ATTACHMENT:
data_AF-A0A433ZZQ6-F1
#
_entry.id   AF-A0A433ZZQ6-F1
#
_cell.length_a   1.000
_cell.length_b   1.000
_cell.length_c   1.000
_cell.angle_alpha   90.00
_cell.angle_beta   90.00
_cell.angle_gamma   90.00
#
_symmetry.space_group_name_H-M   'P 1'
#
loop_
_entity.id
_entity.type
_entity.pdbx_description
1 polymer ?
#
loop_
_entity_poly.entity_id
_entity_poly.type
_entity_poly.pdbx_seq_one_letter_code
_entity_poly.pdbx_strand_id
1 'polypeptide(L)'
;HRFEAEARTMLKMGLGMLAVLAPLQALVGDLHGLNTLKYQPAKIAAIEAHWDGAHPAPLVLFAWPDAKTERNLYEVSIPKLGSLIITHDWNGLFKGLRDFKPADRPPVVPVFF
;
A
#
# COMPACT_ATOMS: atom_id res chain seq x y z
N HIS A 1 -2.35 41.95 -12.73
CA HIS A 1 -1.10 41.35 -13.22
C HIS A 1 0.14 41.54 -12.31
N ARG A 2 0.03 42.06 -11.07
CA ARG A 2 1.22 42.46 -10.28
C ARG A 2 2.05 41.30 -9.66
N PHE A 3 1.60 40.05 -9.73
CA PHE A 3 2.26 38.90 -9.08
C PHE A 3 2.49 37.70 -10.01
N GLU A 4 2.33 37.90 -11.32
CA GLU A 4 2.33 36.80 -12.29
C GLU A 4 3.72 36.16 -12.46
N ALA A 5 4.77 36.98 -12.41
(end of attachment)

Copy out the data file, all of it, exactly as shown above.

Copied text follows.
data_AF-A0A433ZZQ6-F1
#
_entry.id   AF-A0A433ZZQ6-F1
#
_cell.length_a   1.000
_cell.length_b   1.000
_cell.length_c   1.000
_cell.angle_alpha   90.00
_cell.angle_beta   90.00
_cell.angle_gamma   90.00
#
_symmetry.space_group_name_H-M   'P 1'
#
loop_
_entity.id
_entity.type
_entity.pdbx_description
1 polymer ?
#
loop_
_entity_poly.entity_id
_entity_poly.type
_entity_poly.pdbx_seq_one_letter_code
_entity_poly.pdbx_strand_id
1 'polypeptide(L)'
;HRFEAEARTMLKMGLGMLAVLAPLQALVGDLHGLNTLKYQPAKIAAIEAHWDGAHPAPLVLFAWPDAKTERNLYEVSIPKLGSLIITHDWNGLFKGLRDFKPADRPPVVPVFF
;
A
#
# COMPACT_ATOMS: atom_id res chain seq x y z
N HIS A 1 -2.35 41.95 -12.73
CA HIS A 1 -1.10 41.35 -13.22
C HIS A 1 0.14 41.54 -12.31
N ARG A 2 0.03 42.06 -11.07
CA ARG A 2 1.22 42.46 -10.28
C ARG A 2 2.05 41.30 -9.66
N PHE A 3 1.60 40.05 -9.73
CA PHE A 3 2.26 38.90 -9.08
C PHE A 3 2.49 37.70 -10.01
N GLU A 4 2.33 37.90 -11.32
CA GLU A 4 2.33 36.80 -12.29
C GLU A 4 3.72 36.16 -12.46
N ALA A 5 4.77 36.98 -12.41